Watch: Loud Fart Sound Greets John Kerry Talk on Global Climate Threats

John Kerry, U.S. Special Presidential Envoy for Climate, attends a discussion panel in All
Dominika Zarzycka/NurPhoto

John Kerry is nothing if not carbon emissions conscious so the time might have come for him to check his own gaseous contributions to the atmosphere.

The 79-year-old former secretary of state was discussing U.S. policy on coal power plants at the COP28 Climate Change Conference in Dubai on Sunday when an audible rush of high pressure fetid air was released in front of a live audience.

“There shouldn’t be any more coal-fired power plants permitted anywhere in the world,” Kerry began as he delivered his lecture on the evils of coal.

“I find myself getting more and more militant because I do not understand how adults who are in a position of responsibility can be avoiding responsibility for taking away those things that are killing people on a daily basis…”

His remarks were met by a round of applause from the crowd, although the clapping failed to diminish the fart sound that was picked up by the microphones and could be heard clearly during the broadcast.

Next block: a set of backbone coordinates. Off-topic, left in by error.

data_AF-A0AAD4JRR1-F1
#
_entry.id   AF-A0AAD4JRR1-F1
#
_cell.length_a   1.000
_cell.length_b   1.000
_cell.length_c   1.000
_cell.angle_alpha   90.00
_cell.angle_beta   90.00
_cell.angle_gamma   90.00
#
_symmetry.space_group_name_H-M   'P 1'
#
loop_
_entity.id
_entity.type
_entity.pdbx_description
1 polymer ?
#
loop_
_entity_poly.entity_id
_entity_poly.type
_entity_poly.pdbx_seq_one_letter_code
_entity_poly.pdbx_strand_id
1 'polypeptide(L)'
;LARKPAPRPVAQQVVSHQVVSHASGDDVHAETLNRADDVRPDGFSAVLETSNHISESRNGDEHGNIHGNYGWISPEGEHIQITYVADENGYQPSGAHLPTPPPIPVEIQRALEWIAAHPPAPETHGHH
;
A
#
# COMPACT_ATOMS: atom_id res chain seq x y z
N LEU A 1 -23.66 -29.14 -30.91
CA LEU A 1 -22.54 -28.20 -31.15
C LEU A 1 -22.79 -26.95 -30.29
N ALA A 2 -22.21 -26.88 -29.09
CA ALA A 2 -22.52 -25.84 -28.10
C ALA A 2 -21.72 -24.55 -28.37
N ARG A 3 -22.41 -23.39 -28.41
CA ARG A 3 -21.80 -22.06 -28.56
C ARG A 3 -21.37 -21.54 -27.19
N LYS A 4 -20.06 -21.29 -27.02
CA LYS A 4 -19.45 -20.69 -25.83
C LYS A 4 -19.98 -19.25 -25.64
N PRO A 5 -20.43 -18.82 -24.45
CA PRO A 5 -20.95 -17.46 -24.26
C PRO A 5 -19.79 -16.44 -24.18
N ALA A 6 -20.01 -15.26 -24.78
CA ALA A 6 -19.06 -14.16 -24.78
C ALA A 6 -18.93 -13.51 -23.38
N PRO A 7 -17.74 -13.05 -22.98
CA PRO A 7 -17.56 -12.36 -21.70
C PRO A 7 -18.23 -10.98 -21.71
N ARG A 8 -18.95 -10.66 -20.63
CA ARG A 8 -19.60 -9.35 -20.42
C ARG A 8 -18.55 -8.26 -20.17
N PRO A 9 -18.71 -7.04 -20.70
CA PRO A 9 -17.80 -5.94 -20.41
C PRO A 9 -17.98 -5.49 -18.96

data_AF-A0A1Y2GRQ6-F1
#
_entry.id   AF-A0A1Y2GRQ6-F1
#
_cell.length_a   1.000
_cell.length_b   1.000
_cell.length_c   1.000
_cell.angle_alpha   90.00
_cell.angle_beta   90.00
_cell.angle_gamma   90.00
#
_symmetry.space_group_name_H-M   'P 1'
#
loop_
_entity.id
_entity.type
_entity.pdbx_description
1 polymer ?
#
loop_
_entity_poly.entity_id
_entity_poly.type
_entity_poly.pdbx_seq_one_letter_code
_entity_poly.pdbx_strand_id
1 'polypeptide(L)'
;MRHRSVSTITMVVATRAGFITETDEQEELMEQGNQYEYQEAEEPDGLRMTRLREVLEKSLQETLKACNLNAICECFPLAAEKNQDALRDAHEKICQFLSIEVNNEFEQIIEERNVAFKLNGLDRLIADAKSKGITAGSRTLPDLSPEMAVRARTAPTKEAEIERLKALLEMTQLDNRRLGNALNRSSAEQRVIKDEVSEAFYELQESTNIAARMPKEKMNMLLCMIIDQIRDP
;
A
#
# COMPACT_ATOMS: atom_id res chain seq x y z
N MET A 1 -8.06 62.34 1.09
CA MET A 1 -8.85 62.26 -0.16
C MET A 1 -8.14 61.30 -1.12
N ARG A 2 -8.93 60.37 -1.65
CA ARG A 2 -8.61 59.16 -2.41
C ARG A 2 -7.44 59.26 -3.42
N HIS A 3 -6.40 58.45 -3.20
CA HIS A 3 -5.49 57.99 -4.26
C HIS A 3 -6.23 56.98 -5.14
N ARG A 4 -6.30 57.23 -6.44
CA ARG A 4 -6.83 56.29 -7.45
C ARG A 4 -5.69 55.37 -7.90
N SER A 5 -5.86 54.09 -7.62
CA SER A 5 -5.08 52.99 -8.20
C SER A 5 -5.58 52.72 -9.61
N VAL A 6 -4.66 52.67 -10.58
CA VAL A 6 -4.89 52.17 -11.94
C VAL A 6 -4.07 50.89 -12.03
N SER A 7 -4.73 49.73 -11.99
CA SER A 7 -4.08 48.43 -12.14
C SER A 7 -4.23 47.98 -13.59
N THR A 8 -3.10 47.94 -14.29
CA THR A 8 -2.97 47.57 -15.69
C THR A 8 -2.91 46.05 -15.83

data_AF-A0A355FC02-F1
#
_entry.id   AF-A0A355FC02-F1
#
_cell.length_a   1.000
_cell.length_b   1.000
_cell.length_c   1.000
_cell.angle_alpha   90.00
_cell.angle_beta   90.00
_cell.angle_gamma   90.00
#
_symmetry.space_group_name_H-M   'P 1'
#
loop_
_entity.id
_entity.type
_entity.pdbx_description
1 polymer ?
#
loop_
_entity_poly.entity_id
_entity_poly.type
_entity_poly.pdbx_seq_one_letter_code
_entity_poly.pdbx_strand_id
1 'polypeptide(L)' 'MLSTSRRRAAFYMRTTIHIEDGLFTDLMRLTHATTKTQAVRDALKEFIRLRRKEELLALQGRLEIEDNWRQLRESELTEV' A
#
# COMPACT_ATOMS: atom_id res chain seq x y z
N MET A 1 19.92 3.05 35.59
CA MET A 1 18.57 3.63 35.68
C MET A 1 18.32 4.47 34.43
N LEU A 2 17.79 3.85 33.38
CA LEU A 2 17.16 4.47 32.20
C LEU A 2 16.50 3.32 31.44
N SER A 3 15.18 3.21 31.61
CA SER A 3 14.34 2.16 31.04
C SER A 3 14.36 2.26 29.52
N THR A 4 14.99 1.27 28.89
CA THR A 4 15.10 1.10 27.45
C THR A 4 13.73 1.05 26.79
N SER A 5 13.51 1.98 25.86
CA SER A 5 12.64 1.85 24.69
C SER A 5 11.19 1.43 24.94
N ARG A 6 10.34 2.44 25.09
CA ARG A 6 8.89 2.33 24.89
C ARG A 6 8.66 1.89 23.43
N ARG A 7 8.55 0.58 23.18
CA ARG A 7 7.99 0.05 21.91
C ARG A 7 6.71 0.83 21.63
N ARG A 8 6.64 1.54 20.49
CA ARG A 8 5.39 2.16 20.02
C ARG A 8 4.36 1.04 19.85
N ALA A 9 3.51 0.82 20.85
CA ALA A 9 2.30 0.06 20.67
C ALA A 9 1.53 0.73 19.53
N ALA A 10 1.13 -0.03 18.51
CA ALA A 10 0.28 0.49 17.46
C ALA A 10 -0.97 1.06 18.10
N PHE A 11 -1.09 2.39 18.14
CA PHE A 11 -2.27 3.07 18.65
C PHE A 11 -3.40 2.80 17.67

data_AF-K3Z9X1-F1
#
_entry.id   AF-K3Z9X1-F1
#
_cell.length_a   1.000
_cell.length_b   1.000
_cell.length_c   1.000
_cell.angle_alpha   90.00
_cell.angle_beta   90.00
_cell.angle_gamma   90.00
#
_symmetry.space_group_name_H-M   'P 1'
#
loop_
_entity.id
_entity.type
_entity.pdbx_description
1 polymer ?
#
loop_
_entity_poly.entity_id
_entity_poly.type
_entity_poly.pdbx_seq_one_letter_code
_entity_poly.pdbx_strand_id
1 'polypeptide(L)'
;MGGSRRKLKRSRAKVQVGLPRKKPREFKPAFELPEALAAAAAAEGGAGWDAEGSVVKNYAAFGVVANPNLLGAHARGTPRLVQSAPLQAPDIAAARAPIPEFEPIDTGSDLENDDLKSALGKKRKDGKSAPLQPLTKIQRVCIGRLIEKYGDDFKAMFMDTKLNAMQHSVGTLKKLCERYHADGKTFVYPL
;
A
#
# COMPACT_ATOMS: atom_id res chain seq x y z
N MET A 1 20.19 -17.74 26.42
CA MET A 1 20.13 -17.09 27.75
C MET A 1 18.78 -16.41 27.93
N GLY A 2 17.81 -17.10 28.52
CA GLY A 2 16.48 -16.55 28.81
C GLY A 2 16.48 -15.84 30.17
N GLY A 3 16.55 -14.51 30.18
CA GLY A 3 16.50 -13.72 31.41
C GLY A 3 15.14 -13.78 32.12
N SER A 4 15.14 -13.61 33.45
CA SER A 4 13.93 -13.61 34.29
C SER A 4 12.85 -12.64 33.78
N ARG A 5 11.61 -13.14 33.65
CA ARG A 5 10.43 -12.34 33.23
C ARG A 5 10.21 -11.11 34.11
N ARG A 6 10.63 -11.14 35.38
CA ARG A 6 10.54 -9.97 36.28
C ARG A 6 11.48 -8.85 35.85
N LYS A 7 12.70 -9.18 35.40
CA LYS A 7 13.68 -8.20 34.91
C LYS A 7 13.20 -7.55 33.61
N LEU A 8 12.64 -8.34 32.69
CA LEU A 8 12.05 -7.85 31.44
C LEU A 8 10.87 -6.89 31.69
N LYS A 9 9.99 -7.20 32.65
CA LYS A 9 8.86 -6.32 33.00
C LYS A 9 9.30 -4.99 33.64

Kerry was seated next to Becky Anderson, managing editor of CNN Abu Dhabi, and Fatih Birol, executive director of the International Energy Agency, when the Bronx cheer filled the air.

Anderson delicately turned away before placing her hand to her mouth, possibly in the event of any odour permeating the air the climate panel was breathing in.

Becky Anderson, Managing Editor of CNN Abu Dhabi, cradles her nose and mouth as she sits with John Kerry, U.S. Special Presidential Envoy for Climate and Fatih Birol, Executive director of the International Energy Agency onstage during the UN Climate Change Conference COP28 at Expo City Dubai on December 3, 2023. (Mahmoud Khaled /COP28 via Getty Images)

Birol, the energy executive, happily listened on to the veteran U.S. politician.

“And the reality is that the climate crisis and the health crisis are one and the same,” Kerry continued, seemingly unaware of his own possible contribution to global supplies of natural gas.

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